Govt allowing electricity trading to the private sector through an ordinance

Ordinance in the office of the President for certification, demand of the private sector to create an environment of open access without discrimination in the internal and external markets of energy

KATHMANDU: The government has amended the Electricity Act 049 through an ordinance and prepared permission for the private sector to trade in electricity. The cabinet meeting held last Friday decided to bring an ordinance to amend and unify the laws related to electricity.

The Ordinance has been sent to the Office of the President for verification. This arrangement will come into effect after the confirmation by the President.

The current Electricity Act 049 does not provide permission for the private sector to transmit, distribute and trade electricity.

In order to make the electricity market competitive, the government introduced the ‘Bill 077 to Amend and Consolidate the Electricity Law’, saying that the private sector should also be allowed to do so. But at the end of the term of the House of Representatives, the government withdrew the bill from the parliament.

Energy, Water Resources and Irrigation Minister Pampha Bhusal’s proposal regarding the withdrawal of the bill was unanimously approved in the previous Friday’s meeting of the National Assembly. The then Energy Minister Barshman Pun registered the ‘Electricity Bill 2077’ in the Parliament on 18 June 2077.

With the withdrawal of the bill, the government’s plan to allow the private sector to trade in electricity was not immediately implemented. But the government is about to bring an ordinance and make a legal arrangement to allow the private sector to do business as well.

Although the government has been saying that it will give licenses for electricity business to the private sector, it has been stopped for a long time due to the lack of legal provisions.

The Electricity Bill was under discussion in the National Assembly. It was yet to be discussed in the House of Representatives. But after the term of the House of Representatives ended on October 2, Energy Minister Bhusal withdrew this bill.

The Bill contained some important policy provisions to make electricity generation, transmission, trading and distribution competitive, among which one of them was to open the way for the private sector to trade domestically and internationally.

Reforms and amendments in the arrangements related to permits in the electricity sector and division of work according to the federal structure were also included in the bill.

By applying the concept of open access to the national transmission and distribution system, the government had been saying that the private sector would also be involved in the business to promote electricity trade. All these provisions will now come through ordinances.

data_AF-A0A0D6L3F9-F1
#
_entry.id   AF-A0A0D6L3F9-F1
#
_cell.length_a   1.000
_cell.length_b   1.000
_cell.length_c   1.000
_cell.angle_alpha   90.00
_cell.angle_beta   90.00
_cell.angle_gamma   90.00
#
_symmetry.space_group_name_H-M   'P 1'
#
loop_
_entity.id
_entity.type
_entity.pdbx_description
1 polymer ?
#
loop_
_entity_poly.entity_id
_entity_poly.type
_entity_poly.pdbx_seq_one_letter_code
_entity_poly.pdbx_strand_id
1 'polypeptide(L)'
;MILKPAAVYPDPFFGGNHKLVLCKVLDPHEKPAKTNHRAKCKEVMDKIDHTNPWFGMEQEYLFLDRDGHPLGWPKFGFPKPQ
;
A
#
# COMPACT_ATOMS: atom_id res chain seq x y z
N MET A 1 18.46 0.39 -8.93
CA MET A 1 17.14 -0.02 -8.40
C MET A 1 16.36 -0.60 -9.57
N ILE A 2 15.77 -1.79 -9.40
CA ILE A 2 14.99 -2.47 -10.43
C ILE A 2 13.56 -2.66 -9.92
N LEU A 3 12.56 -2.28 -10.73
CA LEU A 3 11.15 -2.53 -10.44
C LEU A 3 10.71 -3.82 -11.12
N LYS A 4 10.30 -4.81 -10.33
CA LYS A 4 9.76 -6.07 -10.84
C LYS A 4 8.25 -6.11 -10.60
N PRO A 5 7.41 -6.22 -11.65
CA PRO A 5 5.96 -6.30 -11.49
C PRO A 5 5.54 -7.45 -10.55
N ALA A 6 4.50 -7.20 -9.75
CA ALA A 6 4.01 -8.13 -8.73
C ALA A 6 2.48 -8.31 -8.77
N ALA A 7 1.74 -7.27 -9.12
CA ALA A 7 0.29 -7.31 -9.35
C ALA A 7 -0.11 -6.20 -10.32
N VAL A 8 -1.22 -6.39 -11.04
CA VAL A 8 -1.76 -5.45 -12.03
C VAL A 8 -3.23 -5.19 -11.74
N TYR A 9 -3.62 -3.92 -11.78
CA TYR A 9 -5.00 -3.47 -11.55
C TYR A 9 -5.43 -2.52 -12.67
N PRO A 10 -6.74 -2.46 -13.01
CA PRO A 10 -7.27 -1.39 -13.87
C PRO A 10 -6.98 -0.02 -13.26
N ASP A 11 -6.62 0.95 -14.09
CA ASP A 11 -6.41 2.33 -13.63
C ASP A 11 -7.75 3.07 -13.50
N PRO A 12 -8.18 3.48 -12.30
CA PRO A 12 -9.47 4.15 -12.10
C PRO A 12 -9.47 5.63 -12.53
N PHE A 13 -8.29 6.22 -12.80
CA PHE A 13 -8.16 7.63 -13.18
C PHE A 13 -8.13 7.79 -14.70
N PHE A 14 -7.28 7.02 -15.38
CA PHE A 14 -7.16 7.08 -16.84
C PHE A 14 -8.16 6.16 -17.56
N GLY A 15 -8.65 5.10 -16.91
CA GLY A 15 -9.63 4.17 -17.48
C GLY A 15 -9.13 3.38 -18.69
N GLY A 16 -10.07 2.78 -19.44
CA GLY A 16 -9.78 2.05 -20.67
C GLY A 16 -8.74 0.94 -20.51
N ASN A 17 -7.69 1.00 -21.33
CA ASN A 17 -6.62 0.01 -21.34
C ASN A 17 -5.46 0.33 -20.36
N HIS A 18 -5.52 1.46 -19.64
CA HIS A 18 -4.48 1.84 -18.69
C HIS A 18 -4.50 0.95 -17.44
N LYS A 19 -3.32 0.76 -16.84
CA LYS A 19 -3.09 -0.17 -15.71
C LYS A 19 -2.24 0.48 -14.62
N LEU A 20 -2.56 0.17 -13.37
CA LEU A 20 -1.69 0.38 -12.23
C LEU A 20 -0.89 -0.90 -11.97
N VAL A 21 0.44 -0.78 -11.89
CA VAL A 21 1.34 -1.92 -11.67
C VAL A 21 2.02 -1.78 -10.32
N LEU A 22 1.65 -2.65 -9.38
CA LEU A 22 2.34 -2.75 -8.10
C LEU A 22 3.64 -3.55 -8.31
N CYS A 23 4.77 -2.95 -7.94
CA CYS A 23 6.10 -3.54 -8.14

It was mentioned in the draft of the bill that ‘this act is going to be introduced to address the situation where there is no fair competition between the promoters due to the provision of a single agency to do the work of electricity, transmission and distribution and to fill the lack of legal arrangements necessary for the regulation and management of electricity business.

In the bill, the responsibility of Nepal government, state government and local level for electrification in rural and remote areas was also laid down. The Ordinance also has the same arrangement.

There is a demand from the private sector that an environment of open access should be created without discrimination in the internal and external energy markets. Although the bill envisages a competitive market and gives rights to the private sector, it was stuck in the National Assembly for a long time because of the many rights reserved.

The private sector is seeking permission to sell electricity not only in the domestic market but also in regional markets including India and Bangladesh. Various companies in the private sector have also submitted petitions to the Ministry of Energy, demanding to be granted licenses for electricity trading.

According to the Ministry of Energy, 5 companies from the private sector have applied so far for power trading, including Nepal Infrastructure Bank (NIFRA), Nepal Power Exchange Limited (NepEx) promoted by Independent Power Producers Association of Nepal (IPPAN), Asian Power Trading Company Limited, Himalayan Power. Trading Company Limited and Himalayan Power Trading and Exchange Company Limited.

Despite not getting a power trade permit, NepEx has already entered into an international power trade agreement with India’s Manikaran Power Limited.

In order to allow the private sector for international electricity trade, the government had prepared and issued ‘International Electricity Trade Guideline-078’ and ‘Electricity Trade Permit Procedure-078’.

But the government’s plan was halted after the law ministry gave an opinion that ‘guidelines and procedures cannot be made on matters that are not in the law’.

Fiscal Nepal |
Wednesday September 28, 2022, 03:21:09 PM |

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